Today (Wednesday, Irish time) is the hundredth anniversary of Flann O’Brien’s (Brian O’Nolan’s) birth. Several of us here at CT are fans – I think it was John Holbo who first transformed O’Brien’s Plain People of Ireland (the interlocutor in many of his newspaper columns) into the Plain People of the Internet. This piece by Fintan O’Toole is the best account of his life that I’ve seen. This longer article by Roger Boylan in the Boston Review is also worth reading, as long as you take good care to stop reading at the point where Anthony Cronin, bard-befriending bollocks and professional bore, introduces himself and goes on to provide “many delightful insights” into his own “rich and various” life.
People may reasonably disagree about which are the very best bits of O’Brien’s work. My own favorite is the description of the practical philosopher De Selby’s efforts (in The Third Policeman) to take advantage of the “appreciable and calculable interval of time between the throwing by a man of a glance at his own face in a mirror and the registration of the reflected image in his eye.”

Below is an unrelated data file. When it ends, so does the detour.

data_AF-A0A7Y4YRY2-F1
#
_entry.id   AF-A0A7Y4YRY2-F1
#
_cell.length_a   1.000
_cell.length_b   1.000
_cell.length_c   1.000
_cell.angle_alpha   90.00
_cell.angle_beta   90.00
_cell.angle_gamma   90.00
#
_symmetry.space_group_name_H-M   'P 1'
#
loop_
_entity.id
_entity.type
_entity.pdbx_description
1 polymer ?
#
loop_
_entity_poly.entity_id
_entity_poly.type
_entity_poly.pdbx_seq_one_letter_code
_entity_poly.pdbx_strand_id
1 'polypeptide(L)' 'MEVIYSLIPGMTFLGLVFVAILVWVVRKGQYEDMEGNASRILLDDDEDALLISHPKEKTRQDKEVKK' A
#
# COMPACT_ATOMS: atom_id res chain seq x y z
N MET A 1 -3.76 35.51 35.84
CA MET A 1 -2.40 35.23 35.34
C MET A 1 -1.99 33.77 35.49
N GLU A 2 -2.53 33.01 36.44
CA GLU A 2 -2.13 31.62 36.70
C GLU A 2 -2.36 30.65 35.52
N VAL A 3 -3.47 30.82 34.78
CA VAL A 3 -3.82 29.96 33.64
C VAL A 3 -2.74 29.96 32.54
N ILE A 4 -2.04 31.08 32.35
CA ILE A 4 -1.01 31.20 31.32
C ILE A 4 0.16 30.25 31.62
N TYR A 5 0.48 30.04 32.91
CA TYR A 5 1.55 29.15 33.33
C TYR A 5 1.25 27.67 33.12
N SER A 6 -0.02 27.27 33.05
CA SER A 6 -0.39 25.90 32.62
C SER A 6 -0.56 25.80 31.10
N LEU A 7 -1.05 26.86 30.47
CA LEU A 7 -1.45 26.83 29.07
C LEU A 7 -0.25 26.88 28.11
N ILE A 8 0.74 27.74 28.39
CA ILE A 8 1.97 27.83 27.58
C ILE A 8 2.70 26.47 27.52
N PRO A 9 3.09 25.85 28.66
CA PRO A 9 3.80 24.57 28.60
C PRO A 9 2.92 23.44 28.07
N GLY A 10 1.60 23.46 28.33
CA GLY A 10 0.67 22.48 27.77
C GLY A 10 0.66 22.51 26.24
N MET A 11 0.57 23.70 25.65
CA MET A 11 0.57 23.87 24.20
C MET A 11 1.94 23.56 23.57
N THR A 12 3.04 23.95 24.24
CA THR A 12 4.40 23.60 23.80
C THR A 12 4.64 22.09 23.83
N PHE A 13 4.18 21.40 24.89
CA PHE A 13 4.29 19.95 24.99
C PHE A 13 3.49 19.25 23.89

De Selby, ever loath to leave well enough alone, insists on reflecting the first reflection in a further mirror and professing to detect minute changes in this second image. Ultimately he constructed the familiar arrangement of parallel mirrors, each reflecting diminishing images of an interposed object indefinitely. The interposed object in this case was De Selby’s own face and this he claims to have studied backwards through an infinity of reflectins by means of a ‘powerful glass.’ He claims to have noticed a growing youthfulness in the reflections of his face according as they receded, the most distant of them – too tiny to be visible to the naked eye – being the face of a beardless boy of twelve, and, to use his own words, ‘a countenance of singular beauty and nobility.’ He did not succeed in pursuing the matter back to the cradle ‘owing to the curvature of the earth and the limitations of the telescope.’